So, no, I don’t see the Lead State becoming the Golden State in the lifetimes of all reading this list. I’ve lived here 61 years and it is nowhere near the state I decided I wanted to spend my life in. If my personal circumstances were different, all you would see is a flash of white, a cloud of dust and it wouldn’t be “Hi Yo Silver” it would be Yippee, I’m outta here.”

            And you would never ever hear the words, “Well, the way we did it in . . .” pass my lips. In fact, if queried about where I had been living, I would be as vague as is possible.

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            • City Chick November 16, 21:19

              LCC – So many folks I know who fell in love with CA, pulled up stakes and moved there, and have now returned. It’s a beautiful place, so you should do your best to enjoy it. Hope springs eternal for me as well here in the big city.its a love-hate relationship, but I continue to grow well where I am planted!

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              • left coast chuck November 17, 03:21

                CC: There is no denying the beauty of the vast scenic places in the state. The drive along the coast from the northern border down to Santa Monica is almond the most wondrous scenic drives/bike rides int he world. There is no denying the breathtaking beauty of Yosemite. The huge silent expanse of Death Valley is stunningly beautiful. The hills covered with wild mustard after a wet spring is blinding to the eye. The majestic mountains of the Sierra Nevada with their snow-capped peaks stuns one. The mysteries of the bristlecone pines in the remote high elevation hideaway is awe-inspiring. Even what we consider wasteland between Barstow and the Nevada line when one looks at in detail and not at 75mph has its own unique beauty. I truly love taking visitors around the state sharing all the wondrous beauties that the state holds within its borders.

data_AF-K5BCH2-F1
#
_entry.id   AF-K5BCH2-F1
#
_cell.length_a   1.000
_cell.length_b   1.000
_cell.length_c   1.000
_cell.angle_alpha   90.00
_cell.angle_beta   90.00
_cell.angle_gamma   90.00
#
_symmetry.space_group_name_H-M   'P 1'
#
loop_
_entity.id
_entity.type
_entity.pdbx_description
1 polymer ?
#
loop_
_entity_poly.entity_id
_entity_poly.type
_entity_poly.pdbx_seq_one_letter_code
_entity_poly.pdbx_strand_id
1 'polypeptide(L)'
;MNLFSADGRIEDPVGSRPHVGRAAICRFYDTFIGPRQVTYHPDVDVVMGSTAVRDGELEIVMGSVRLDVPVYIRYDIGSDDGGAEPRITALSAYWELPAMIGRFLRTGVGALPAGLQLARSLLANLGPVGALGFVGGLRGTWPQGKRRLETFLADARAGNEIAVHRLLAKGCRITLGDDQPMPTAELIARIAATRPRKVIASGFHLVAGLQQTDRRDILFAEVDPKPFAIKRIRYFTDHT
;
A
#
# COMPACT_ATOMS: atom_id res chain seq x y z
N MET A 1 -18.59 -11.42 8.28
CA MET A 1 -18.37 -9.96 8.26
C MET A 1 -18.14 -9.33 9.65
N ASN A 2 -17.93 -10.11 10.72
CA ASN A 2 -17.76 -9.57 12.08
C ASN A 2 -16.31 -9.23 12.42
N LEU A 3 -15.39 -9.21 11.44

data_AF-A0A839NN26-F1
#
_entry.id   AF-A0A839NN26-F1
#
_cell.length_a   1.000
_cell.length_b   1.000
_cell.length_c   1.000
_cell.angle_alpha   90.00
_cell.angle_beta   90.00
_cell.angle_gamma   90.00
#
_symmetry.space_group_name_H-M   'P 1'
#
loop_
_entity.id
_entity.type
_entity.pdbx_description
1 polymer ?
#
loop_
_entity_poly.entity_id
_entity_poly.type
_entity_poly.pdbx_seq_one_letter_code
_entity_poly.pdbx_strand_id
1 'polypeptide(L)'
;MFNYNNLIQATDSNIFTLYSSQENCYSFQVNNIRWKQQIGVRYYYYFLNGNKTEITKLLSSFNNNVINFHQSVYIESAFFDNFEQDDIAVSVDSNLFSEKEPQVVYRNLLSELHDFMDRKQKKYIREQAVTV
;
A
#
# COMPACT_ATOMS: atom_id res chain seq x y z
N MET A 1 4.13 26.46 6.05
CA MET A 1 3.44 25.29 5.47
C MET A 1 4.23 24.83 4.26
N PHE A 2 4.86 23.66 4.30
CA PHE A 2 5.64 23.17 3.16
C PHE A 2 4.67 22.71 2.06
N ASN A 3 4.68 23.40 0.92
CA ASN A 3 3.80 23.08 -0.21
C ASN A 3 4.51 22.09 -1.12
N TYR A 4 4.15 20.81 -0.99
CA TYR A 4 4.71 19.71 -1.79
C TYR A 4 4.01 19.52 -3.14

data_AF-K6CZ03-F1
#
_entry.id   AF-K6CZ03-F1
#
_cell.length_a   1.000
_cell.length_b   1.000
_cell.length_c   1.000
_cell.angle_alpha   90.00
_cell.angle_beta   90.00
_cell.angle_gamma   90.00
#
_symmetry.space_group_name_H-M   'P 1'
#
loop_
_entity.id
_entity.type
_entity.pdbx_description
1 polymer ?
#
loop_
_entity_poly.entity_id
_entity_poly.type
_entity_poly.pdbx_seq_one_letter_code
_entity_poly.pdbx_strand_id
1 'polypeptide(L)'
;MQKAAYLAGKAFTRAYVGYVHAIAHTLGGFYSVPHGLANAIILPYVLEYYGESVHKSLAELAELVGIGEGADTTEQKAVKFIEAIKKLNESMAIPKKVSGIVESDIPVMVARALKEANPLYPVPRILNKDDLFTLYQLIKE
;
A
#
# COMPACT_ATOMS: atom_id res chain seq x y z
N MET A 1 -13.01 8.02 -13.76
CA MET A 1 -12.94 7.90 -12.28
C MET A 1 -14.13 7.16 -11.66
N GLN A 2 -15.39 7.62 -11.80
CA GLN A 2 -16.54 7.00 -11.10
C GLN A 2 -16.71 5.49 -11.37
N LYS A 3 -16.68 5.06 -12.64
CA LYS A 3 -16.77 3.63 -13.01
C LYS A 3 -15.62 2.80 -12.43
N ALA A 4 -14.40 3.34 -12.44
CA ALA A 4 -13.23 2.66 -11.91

Yet when one considers the political scene with basically one party ruling the state with the goobinator issuing one person edicts like some demented caesars with his carefully pomaded hair and artificially whitened sneer that is supposed to be a smile one can only wonder what happened? How did this state that once had the greatest university system in the world, the world’s best highway system, a k-12 school system that wasn’t at the bottom of the states despite spending more money per student than most other states, a pot-holed, overcrowded, antiquated roadway system despite having among the highest vehicle registration fees and road tax fees in the country — I won’t bore everyone with my whining.

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        • ST December 1, 07:49

          I live in a state renown for being the landing zone for those fleeing the “despoiled nests” of the NE U.S. I’m tired of them, really tired.

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          • City Chick December 1, 16:17

            ST – Sorry to hear that you feel that way, but really the rest of us here are kind of glad to see them go.

            Reply to this comment